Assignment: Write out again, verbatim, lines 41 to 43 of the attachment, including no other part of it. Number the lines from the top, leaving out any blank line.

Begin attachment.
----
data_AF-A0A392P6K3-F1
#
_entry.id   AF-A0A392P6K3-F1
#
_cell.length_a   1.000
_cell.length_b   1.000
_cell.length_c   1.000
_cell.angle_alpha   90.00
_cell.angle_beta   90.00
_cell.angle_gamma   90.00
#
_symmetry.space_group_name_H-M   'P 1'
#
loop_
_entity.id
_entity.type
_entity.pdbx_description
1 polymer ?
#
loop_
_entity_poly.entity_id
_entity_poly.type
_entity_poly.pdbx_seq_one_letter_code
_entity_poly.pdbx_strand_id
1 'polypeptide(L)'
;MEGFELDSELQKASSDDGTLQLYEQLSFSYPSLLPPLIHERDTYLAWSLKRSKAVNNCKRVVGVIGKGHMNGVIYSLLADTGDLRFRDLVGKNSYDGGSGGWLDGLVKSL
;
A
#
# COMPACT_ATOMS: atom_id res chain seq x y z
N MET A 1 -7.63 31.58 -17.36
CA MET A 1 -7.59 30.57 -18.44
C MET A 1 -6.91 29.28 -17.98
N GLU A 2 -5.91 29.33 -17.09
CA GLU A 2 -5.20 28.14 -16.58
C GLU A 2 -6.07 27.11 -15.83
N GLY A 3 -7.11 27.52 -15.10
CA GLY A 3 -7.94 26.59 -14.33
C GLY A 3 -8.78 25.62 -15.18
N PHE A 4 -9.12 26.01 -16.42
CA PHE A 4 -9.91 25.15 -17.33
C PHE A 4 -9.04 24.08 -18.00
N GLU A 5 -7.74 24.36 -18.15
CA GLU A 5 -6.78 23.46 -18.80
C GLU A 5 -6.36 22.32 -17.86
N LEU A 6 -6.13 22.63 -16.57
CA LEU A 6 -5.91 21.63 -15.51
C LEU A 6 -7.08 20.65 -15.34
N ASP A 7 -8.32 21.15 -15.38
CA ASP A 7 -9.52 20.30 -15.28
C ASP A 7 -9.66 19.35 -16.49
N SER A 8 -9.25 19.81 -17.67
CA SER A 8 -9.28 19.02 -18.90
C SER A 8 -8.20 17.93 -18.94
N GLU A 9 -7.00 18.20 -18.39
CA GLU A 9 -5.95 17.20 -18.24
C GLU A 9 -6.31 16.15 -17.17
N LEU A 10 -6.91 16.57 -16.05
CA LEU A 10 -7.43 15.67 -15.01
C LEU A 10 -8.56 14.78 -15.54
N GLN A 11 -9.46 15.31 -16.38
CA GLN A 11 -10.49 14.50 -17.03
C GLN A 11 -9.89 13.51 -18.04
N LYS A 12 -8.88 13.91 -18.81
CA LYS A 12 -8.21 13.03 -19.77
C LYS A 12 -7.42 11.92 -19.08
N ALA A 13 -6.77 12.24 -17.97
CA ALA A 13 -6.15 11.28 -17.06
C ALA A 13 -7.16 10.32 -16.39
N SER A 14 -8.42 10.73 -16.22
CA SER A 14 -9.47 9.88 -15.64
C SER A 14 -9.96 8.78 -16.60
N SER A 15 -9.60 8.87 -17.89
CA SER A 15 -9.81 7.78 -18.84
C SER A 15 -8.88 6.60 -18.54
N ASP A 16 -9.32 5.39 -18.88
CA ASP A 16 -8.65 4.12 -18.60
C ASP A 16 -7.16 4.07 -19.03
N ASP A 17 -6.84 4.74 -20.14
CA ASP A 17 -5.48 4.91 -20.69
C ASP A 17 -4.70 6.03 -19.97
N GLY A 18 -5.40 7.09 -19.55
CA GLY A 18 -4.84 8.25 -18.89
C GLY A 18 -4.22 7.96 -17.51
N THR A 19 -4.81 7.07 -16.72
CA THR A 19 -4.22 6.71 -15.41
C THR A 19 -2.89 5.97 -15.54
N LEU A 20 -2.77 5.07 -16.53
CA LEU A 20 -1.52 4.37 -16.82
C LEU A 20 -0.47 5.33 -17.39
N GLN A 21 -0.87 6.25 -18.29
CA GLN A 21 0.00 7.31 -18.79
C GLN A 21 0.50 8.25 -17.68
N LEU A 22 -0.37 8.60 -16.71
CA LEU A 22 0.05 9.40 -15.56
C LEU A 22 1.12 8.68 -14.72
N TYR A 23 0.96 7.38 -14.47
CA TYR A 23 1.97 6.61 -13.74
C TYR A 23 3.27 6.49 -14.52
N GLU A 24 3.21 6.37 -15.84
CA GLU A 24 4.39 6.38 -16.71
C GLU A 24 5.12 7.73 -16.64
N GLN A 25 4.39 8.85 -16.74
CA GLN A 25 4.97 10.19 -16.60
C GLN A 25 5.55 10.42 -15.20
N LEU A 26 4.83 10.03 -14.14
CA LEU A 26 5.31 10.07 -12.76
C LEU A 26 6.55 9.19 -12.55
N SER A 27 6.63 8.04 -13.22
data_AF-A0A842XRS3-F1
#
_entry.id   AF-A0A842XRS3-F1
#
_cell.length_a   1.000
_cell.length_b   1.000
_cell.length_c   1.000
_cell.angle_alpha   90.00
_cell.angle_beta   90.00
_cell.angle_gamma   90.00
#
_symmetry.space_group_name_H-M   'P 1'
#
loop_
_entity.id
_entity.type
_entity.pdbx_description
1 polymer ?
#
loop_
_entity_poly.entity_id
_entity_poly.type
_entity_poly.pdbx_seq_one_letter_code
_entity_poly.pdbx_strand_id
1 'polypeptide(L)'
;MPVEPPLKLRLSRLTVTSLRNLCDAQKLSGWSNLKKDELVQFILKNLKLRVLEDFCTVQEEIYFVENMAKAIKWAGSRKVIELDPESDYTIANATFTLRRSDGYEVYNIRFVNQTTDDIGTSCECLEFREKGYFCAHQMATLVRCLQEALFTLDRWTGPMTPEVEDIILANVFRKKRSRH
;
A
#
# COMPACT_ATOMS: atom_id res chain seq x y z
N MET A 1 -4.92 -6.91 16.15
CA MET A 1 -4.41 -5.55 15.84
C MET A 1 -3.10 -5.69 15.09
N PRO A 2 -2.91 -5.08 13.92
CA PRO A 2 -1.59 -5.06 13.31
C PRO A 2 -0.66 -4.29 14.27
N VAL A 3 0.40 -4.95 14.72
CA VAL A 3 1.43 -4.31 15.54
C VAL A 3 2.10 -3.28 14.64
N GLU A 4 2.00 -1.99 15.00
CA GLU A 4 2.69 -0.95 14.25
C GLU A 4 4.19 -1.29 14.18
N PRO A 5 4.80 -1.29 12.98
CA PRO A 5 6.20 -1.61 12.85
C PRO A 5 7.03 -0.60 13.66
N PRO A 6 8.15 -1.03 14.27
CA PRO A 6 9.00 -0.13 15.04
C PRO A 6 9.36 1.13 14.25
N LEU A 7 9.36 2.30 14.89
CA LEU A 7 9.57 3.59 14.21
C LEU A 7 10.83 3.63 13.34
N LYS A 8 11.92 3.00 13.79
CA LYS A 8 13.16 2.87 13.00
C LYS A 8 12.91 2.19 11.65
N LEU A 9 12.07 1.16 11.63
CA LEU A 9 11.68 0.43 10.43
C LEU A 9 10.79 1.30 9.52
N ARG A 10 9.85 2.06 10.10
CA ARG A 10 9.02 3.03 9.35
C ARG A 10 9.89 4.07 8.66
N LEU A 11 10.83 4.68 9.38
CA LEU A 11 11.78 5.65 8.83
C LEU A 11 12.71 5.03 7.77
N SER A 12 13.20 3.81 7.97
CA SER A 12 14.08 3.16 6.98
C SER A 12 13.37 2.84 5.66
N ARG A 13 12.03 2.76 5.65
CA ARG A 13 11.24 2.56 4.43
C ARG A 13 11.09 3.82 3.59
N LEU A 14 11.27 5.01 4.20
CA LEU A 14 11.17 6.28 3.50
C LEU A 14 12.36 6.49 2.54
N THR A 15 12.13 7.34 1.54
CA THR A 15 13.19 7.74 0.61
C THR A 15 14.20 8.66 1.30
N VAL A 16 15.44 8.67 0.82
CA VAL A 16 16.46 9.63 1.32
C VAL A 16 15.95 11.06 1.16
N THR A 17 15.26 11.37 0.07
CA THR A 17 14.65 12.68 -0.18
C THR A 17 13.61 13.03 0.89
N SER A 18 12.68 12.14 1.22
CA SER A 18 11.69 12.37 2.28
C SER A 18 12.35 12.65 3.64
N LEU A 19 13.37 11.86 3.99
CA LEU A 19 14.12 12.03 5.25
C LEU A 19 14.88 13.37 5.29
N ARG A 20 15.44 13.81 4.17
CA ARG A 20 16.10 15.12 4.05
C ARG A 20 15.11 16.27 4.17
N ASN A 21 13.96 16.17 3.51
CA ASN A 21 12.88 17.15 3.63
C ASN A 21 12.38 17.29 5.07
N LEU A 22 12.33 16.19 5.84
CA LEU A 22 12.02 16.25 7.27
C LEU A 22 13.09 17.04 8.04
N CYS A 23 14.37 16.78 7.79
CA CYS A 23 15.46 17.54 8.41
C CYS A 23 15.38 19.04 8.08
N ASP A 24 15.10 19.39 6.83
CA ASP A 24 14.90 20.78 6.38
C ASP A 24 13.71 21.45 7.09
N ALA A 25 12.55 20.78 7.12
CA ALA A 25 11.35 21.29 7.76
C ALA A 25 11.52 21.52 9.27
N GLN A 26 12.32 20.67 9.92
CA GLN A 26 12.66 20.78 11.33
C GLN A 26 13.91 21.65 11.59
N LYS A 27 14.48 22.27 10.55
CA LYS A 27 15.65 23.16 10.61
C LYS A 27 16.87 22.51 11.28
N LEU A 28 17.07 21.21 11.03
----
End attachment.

CA PHE A 4 -9.91 25.15 -17.33
C PHE A 4 -9.04 24.08 -18.00
N GLU A 5 -7.74 24.36 -18.15